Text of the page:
Hand drawn puzzler Machinarium is definitely pretty, but the challenges fail to engage.
A poor robot dumped in the trash has to return and save the big robot city. This is achieved by solving a series of puzzles using point & click gameplay. Machinarium is a gentle game, that can be played at any pace and provides both hints to the solution or, after a mini-game, a complete walkthrough. All the problems fit thematically with the story and robot city world. The art is notably different and interesting. However, after a couple of hours I got stuck, and upon utilising the walkthrough discovered the the rules of puzzle solving had changed. This is greatly annoying. I prefer to solve the brain teasers myself, but this seemed to require a jump in logic or to cheat. Perhaps this is standard for the genre (I am not particularly experienced with them), but it stopped me moving any further.
Machinarium is out on the Steam store for PC and Mac at US$9.99. It has been bundled.
Discard that cup of tea my good man. Devilish robots abound. You must patiently sneak around and survive. Persevere, because Sir, You Are Being Hunted
In Sir, You Are Being Hunted the player is a Victorian gentlemen somehow transported to an island full of murderous robots. Your only hope is to construct an escape machine out of components found around the island – although the robots tend to congregate around these items. The game plays like an early survival game with a first-person view. Players need to replenish their vitality by finding food (usually in abandoned buildings). Trying to fight the robots results in a quick death (for me at least). The only viable plan seems to be: hide and distract.
The artstyle is tweedpunk – Victorian gentlemen mixed with procedurally generated English countryside horror. It works well and has many nice touches. Unfortunately (for me) the game is super hard and slow. Perhaps it can be mastered with more time and patience. I want to like this game, it does so much right, but instead after several hours and barely making a scratch I have to admit defeat and move onto something else.
Sir, You Are Being Hunted is out on the Steam store for PC, Mac and Linux at US$19.99. It has been bundled.
A new turn-based indie monster battler is in development. Does Beastmancer show promise? It is still very early days (alpha demo!) and can only get better, but is already looking great.
An important part of developing a game is gathering feedback on how it plays. Sometimes this can be hard as an indiedev, and so the solo developer of Beastmancer released an alpha demo free on IndieDB. In the game the player collects fantastical beasts and then uses them in turn-based battles against other beasts. Sort of like Pokemon, but more JRPG’ish. The game is surprisingly playable considering its early stage. And looks quite good with cell-shaded graphics and many animations (although a few more in the fights are needed). There are a few issues to be ironed out. Saving/loading does not work and there are long load times (at least on my old’ish PC). The battles lack a certain oomph, there are few special attacks and mostly it is just charge and bash. Lastly, the story is too dominant and the maps too big, meaning that there is little fighting and lots of listening/running around. I look forward to seeing how it progresses.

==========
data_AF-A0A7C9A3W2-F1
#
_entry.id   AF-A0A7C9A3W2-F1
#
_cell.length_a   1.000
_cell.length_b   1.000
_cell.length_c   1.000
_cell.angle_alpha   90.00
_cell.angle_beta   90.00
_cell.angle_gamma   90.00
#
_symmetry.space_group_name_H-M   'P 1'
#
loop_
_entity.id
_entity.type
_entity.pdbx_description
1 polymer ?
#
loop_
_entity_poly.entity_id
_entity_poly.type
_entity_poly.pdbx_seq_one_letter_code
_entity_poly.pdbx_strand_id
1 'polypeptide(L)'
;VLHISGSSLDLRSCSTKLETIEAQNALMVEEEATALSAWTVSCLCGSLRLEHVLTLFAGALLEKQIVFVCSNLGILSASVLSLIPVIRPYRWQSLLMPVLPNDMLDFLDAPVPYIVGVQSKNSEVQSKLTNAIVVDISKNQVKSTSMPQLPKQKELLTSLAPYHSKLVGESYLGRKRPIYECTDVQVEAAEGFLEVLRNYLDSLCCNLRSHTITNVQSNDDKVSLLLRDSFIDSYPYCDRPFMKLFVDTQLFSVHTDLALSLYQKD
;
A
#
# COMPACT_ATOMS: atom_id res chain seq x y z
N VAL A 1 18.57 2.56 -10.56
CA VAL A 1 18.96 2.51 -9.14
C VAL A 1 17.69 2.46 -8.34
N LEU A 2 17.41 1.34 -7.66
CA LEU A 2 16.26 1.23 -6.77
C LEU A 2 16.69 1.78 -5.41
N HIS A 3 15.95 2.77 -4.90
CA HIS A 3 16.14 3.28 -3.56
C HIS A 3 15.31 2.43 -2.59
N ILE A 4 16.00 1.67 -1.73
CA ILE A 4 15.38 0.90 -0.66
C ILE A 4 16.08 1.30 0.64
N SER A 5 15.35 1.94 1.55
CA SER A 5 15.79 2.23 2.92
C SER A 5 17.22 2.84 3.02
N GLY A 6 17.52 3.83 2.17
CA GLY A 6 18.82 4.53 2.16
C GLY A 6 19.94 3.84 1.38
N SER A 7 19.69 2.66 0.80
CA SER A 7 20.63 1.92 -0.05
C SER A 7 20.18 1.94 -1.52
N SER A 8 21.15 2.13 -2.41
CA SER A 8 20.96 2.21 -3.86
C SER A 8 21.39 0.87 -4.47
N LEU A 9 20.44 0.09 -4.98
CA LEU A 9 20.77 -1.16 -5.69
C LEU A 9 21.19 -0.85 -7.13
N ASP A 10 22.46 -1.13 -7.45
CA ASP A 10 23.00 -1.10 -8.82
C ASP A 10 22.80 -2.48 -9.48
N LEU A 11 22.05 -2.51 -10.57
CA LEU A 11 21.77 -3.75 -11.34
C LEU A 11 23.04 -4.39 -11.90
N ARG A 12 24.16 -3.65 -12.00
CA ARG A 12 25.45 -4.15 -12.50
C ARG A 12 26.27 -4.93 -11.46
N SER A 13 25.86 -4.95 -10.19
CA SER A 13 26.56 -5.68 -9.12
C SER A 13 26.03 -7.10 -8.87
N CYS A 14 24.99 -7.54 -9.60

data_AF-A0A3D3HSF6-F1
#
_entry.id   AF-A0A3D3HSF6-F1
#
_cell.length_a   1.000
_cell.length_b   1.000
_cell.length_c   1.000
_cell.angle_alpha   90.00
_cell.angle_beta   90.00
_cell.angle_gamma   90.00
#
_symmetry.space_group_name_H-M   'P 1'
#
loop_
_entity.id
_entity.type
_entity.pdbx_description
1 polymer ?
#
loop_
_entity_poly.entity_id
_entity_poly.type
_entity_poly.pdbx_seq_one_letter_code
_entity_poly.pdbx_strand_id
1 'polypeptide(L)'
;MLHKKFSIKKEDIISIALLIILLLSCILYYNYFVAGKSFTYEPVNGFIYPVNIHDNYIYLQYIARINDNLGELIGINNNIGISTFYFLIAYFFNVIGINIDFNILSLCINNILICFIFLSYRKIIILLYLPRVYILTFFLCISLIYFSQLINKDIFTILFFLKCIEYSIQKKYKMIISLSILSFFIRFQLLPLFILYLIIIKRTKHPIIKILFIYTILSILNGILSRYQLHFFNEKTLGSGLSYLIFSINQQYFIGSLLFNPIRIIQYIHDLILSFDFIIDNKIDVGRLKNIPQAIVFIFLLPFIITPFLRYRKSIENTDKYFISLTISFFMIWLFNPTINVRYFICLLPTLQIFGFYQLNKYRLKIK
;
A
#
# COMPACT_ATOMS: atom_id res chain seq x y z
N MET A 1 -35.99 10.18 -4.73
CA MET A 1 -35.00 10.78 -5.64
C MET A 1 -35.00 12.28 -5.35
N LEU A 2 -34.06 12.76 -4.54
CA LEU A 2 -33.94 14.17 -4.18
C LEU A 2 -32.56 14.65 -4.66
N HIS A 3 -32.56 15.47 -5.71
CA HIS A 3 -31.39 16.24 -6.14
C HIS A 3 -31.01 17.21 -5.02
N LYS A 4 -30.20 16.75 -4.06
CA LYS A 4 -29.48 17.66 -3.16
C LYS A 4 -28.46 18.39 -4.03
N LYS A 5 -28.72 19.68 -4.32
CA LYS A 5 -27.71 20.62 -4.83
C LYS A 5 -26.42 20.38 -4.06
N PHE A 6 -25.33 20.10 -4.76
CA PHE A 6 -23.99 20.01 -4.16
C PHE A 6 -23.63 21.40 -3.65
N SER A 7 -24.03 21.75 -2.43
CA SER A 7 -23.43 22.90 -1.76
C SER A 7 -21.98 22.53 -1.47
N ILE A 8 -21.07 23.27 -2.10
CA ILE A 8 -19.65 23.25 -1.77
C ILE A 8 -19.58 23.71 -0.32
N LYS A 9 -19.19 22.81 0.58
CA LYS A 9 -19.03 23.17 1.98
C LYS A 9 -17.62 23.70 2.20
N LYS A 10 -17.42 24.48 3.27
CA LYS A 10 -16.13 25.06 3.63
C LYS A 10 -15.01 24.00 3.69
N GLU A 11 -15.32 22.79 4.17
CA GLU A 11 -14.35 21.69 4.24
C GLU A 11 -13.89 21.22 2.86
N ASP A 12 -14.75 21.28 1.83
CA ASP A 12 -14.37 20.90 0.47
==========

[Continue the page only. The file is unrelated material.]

Beastmancer is available for free as a PC-only alpha demo on IndieDB.
A mobile turn-based rogue-like that plays well on PC? Wonders will never end with Sproggiwood!
Sproggiwood plays like a traditional rogue-like. Your avatar explores grid-based dungeons in a fantasy world, fighting the denizens, collecting treasure and levelling upto more powerful skills. What innovation there is seems to be the result of its mobile origins. For instance, after completing each dungeon the player resets – all experience and collected items are lost. Each dungeon is started again with a basic character… unless items or buffs are purchased through the in-game store.
Luckily in the PC version, there are no microtransactions. So the worst of mobile gaming is avoided. There is also a simple story and replayability through unlocking extra character types (farmer, archer, vampire, etc). Although there does seem to be some grinding required to purchase enough buffs to get through the later levels. Overall this is a well-made, polished and cutesy rogue-like, but it doesn’t offer anything new to the experienced player of such games.
Sproggiwood is out on the Steam store for PC, Mac and Linux at US$14.99. It has been bundled many times.
Destroy the world that feeds you in Greed Corp, a casual turn-based strategy game that plays similar to a RTS, but with a twist!
In Greed Corp the player is one of four possible factions fighting over a hex map with height. The basic idea is to gather resources, construct fighting units and defeat your enemies. The novel twist is that extracting resources undermines the land, lowering it in height. If the height of a hex falls too low, then it collapses – falling away into the mists along with anything on it, gone forever. In practice this means forces scurry across the map, leaving devastation in their wake before engaging the enemy on what little of the map remains. Initially the game works well.
Unfortunately the game often ends with one side clearly stronger, but the map denuded of resources. Thus the game descends to a slow grind, with one side destined for victory, but getting there at a lazy pace while gathering the scant remaining resources. Later missions in the campaign also have time limits on turn length, which I personally do not appreciate (if I wanted such a constraint I’d play a RTS!). Still the basics are enjoyable enough to keep a player entertained for several hours.
Greed Corp is out on the Steam store for PC only at US$9.99. It has been bundled many times.